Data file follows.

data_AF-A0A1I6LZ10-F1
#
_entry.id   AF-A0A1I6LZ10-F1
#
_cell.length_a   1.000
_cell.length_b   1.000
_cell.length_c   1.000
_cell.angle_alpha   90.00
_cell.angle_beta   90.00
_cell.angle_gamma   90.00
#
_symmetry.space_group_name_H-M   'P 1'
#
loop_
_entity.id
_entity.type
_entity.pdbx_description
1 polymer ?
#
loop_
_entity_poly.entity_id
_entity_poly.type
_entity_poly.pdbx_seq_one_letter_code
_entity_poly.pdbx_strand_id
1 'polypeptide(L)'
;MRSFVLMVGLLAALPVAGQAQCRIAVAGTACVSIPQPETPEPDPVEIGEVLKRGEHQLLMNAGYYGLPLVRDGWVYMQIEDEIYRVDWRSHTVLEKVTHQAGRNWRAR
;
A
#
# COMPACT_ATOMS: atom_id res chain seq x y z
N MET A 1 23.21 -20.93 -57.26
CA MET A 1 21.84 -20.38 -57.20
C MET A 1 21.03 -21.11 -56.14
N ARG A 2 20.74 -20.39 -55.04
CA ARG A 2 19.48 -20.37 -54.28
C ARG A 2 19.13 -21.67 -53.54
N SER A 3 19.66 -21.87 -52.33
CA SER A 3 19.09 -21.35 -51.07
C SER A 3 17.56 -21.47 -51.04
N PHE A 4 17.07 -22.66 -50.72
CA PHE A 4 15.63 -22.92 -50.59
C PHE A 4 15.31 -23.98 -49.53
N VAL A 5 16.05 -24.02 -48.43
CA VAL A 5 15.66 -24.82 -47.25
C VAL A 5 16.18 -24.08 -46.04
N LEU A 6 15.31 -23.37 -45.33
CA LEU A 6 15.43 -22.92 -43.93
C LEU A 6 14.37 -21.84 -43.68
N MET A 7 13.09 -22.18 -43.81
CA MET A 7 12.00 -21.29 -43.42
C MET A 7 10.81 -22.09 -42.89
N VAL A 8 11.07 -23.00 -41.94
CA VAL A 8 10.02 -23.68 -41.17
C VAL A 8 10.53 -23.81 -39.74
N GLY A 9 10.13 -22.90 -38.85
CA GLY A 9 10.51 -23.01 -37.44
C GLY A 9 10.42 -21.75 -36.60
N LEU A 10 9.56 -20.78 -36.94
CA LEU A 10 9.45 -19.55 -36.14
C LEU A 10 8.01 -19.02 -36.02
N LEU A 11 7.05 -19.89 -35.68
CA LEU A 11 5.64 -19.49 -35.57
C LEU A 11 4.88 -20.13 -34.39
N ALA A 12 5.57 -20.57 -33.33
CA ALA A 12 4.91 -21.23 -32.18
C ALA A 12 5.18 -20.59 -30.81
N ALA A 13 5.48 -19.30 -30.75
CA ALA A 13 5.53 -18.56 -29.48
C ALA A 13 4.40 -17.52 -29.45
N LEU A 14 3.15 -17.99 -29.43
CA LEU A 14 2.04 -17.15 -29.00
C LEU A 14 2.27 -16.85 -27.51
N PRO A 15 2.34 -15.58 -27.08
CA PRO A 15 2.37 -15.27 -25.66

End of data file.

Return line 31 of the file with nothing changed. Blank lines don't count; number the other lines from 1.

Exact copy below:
N MET A 1 23.21 -20.93 -57.26